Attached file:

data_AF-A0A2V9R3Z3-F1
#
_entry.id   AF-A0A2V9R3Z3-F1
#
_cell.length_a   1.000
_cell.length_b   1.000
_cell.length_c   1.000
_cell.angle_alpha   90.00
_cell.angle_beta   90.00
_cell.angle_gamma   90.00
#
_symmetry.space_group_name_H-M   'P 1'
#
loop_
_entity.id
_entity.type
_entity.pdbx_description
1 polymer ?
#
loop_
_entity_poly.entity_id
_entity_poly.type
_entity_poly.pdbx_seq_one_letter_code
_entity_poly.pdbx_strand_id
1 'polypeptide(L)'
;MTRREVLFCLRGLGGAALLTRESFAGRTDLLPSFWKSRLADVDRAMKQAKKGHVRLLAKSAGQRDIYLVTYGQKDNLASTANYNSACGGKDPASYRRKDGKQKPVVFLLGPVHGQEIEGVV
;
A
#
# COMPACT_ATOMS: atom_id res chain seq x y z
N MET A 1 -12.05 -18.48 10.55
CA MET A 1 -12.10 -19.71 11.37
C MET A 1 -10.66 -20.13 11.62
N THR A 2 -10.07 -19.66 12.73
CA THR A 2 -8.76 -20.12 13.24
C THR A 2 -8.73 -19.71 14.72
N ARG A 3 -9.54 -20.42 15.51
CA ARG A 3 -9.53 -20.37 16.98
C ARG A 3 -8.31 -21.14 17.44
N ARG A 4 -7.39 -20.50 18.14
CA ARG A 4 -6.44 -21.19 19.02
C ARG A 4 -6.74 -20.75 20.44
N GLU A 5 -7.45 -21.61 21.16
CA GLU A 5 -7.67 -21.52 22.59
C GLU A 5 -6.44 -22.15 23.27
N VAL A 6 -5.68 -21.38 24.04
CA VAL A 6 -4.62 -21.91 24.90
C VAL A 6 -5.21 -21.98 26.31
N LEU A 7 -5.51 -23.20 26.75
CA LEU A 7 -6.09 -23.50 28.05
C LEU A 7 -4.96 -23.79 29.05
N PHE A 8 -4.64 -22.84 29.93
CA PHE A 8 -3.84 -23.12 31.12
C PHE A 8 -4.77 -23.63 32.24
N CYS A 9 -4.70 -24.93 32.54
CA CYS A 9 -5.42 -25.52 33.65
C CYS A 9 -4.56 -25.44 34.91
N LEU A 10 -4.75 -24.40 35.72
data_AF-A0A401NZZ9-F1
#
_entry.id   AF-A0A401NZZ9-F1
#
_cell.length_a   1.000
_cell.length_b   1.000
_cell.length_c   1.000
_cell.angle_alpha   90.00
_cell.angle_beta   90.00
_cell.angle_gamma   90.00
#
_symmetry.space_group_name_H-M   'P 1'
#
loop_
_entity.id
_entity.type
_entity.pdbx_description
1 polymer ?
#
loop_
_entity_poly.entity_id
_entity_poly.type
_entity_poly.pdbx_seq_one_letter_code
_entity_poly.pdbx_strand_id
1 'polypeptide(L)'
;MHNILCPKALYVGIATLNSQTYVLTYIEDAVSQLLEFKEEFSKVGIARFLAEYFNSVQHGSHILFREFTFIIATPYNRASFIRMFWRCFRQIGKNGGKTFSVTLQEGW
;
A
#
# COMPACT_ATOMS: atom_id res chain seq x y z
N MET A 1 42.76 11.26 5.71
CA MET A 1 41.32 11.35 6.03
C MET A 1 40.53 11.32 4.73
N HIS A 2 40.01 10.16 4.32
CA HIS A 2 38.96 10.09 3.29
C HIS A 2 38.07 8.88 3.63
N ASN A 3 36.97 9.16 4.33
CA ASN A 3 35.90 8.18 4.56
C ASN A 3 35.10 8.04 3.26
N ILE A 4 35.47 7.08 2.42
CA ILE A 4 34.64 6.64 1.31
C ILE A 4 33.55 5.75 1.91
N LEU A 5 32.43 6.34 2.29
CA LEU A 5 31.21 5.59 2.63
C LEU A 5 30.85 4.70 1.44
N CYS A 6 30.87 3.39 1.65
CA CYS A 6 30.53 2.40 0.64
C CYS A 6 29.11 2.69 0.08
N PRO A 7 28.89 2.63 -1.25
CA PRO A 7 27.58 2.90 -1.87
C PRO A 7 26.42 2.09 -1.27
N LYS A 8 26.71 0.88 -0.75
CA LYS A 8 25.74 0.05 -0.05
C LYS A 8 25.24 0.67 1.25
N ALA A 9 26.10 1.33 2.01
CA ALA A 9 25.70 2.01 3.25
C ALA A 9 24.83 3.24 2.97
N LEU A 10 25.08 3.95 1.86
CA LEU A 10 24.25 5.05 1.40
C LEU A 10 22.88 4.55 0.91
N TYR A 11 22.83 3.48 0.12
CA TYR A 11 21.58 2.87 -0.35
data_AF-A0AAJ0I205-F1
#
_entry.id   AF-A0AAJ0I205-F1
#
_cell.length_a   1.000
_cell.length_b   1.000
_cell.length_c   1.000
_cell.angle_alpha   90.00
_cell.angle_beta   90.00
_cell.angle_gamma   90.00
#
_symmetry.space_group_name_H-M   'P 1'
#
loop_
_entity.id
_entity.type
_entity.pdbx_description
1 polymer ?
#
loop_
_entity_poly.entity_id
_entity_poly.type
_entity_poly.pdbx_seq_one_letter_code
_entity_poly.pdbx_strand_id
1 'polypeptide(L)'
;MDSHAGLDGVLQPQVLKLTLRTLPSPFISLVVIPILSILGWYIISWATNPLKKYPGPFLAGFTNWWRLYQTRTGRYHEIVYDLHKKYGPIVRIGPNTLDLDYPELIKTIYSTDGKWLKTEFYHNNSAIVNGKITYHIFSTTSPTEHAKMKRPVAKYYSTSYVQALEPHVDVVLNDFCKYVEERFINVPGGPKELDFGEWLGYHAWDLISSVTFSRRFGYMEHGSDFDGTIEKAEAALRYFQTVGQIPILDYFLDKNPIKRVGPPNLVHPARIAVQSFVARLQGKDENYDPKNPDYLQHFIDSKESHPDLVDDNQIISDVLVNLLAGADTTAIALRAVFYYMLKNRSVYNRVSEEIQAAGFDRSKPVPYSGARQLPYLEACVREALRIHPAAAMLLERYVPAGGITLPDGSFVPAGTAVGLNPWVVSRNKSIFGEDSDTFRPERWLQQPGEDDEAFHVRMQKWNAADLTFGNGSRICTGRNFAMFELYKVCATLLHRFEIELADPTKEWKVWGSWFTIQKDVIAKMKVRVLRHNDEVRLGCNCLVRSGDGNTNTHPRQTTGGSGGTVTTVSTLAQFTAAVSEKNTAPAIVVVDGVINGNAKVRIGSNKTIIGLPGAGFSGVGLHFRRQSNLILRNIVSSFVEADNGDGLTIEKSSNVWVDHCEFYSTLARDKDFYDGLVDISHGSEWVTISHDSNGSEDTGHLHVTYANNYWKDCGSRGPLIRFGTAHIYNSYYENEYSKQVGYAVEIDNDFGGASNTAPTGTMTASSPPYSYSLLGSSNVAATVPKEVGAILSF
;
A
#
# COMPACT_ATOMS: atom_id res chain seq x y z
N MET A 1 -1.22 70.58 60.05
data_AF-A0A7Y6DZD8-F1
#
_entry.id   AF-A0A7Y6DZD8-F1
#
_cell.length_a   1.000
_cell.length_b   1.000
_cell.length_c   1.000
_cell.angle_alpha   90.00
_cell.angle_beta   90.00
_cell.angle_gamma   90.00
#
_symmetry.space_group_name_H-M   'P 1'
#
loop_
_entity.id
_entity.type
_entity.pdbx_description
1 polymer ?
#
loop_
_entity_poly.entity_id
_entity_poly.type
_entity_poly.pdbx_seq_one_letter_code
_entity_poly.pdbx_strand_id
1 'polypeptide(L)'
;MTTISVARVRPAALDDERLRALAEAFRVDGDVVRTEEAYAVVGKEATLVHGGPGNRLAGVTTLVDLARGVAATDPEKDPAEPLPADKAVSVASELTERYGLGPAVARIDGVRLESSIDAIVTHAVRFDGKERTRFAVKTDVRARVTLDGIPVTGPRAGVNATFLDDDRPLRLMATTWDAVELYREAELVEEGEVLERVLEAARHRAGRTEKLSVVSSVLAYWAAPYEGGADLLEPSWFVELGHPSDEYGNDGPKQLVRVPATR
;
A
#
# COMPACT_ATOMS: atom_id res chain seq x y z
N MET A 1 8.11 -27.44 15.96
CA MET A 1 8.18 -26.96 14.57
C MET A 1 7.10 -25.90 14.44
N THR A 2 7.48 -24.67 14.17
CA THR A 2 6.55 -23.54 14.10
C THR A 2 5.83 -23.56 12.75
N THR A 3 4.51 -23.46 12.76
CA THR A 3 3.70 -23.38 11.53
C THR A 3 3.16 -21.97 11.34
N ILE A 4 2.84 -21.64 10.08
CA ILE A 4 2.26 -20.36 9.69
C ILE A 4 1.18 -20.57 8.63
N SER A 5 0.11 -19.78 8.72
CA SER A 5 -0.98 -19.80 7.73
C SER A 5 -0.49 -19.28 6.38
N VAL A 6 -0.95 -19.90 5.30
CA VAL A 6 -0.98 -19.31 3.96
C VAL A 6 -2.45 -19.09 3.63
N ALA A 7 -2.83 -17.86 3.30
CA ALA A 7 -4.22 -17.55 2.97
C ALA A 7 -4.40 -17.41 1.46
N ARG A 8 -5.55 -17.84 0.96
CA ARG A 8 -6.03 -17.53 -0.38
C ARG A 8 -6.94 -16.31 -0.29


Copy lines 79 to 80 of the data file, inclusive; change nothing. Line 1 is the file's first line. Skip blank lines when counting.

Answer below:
_entity_poly.entity_id
_entity_poly.type